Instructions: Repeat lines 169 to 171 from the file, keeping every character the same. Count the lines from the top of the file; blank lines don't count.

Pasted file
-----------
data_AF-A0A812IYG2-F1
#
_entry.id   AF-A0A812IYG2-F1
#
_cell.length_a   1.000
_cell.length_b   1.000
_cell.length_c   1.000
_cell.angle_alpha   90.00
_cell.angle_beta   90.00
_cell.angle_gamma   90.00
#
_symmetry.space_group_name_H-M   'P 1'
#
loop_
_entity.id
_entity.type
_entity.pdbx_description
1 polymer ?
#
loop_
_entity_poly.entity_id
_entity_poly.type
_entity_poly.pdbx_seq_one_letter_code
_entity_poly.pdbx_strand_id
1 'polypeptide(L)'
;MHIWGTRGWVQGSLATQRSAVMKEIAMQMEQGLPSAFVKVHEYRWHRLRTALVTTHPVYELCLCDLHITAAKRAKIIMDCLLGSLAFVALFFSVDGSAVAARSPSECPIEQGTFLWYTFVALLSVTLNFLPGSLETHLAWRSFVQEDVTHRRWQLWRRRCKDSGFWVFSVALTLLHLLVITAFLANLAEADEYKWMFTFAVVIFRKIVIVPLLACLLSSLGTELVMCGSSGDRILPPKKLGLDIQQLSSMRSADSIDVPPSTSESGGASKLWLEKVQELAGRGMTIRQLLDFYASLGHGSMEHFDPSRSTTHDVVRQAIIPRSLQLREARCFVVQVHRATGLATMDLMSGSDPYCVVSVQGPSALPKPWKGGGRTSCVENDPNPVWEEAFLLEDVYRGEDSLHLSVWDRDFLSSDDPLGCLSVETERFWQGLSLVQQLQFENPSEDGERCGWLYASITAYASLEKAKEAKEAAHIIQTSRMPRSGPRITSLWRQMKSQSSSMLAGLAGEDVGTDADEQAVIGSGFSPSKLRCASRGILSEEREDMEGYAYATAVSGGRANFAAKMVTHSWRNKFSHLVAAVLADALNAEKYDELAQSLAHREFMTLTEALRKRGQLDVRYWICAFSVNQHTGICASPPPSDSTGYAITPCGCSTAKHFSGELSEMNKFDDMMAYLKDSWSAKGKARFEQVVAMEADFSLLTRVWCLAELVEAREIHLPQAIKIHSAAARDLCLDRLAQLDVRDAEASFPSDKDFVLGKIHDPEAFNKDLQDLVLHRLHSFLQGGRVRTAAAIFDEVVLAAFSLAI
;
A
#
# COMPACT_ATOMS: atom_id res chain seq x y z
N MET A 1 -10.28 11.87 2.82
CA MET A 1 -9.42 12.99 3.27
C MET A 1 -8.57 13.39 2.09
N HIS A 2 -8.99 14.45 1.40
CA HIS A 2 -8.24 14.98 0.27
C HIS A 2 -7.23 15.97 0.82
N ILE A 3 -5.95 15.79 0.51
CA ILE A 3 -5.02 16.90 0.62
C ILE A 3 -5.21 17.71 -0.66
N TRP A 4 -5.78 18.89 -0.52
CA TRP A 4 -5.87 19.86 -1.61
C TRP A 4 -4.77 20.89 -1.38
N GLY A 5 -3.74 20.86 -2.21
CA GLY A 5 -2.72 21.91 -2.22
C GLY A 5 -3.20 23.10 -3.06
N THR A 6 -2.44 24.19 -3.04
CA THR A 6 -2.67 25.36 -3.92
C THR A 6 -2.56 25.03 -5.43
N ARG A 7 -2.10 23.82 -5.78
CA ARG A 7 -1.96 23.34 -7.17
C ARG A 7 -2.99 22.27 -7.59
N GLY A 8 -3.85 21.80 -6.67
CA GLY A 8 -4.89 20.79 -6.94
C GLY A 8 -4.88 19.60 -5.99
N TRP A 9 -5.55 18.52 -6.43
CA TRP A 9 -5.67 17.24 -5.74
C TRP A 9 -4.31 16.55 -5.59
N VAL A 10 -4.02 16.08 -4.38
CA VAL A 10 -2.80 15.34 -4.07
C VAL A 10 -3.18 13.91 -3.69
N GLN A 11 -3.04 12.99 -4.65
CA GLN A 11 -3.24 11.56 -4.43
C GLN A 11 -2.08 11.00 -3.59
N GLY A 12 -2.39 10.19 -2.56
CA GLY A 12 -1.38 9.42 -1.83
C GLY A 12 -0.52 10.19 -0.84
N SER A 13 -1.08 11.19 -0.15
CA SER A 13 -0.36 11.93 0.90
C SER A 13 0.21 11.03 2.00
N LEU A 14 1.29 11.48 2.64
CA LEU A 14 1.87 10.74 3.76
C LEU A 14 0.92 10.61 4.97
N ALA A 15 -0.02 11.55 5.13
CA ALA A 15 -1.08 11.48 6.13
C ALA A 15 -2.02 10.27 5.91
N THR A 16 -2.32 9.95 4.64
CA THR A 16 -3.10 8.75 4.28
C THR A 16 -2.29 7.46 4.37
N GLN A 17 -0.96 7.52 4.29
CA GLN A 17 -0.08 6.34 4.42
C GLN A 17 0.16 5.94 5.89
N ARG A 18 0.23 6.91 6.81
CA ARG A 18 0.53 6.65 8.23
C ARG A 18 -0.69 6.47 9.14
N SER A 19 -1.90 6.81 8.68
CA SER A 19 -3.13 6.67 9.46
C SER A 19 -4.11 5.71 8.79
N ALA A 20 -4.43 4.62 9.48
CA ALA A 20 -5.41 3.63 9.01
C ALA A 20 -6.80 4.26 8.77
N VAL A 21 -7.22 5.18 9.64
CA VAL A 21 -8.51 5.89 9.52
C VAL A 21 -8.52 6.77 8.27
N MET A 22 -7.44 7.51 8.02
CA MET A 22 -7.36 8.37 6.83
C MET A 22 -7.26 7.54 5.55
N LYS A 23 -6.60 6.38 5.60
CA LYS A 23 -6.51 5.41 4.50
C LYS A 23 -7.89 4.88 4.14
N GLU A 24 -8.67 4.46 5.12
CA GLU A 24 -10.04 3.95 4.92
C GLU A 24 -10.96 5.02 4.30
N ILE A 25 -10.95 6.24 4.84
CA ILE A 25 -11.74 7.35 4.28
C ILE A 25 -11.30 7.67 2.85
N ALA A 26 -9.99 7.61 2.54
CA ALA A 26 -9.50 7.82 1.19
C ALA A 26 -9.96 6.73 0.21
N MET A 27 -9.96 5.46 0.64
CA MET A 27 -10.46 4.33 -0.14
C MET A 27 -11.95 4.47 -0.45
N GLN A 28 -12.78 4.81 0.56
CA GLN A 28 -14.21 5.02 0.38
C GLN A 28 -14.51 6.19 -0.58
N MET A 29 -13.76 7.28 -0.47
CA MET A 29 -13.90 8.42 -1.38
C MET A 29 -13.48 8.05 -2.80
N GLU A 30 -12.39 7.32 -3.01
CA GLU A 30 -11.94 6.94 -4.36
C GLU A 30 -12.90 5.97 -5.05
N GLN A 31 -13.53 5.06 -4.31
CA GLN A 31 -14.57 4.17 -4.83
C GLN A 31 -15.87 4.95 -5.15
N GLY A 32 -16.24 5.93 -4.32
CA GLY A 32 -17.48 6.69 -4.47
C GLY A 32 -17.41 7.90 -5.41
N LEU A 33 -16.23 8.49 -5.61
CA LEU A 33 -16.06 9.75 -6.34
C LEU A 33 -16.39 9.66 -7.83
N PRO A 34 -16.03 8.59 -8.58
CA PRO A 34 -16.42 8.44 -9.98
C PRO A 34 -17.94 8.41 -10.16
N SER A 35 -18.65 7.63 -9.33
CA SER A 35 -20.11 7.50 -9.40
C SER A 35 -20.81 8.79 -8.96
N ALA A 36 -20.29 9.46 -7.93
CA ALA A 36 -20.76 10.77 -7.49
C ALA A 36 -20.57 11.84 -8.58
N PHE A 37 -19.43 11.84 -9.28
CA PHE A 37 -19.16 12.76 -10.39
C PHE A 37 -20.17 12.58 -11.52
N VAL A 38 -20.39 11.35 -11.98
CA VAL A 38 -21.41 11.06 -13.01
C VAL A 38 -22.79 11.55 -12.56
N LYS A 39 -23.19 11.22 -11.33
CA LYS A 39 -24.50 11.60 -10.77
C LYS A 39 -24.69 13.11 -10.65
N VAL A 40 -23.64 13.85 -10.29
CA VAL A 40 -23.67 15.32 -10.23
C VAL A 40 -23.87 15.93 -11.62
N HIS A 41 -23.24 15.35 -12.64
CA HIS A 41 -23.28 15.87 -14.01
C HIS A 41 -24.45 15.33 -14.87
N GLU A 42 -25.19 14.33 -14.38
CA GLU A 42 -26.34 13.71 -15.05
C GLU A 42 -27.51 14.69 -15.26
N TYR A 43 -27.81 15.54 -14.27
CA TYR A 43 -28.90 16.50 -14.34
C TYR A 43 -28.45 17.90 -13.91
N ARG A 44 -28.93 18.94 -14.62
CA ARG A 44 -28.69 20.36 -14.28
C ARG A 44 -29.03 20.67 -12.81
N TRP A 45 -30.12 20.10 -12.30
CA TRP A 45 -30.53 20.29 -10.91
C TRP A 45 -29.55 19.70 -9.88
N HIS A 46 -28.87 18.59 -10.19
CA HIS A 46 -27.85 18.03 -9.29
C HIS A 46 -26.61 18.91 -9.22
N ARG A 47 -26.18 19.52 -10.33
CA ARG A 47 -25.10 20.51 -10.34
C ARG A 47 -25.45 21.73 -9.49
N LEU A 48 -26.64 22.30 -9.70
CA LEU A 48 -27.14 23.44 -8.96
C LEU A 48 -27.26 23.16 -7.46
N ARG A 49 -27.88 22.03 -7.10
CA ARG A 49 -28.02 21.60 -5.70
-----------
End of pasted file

N ARG A 47 -26.18 19.52 -10.33
CA ARG A 47 -25.10 20.51 -10.34
C ARG A 47 -25.45 21.73 -9.49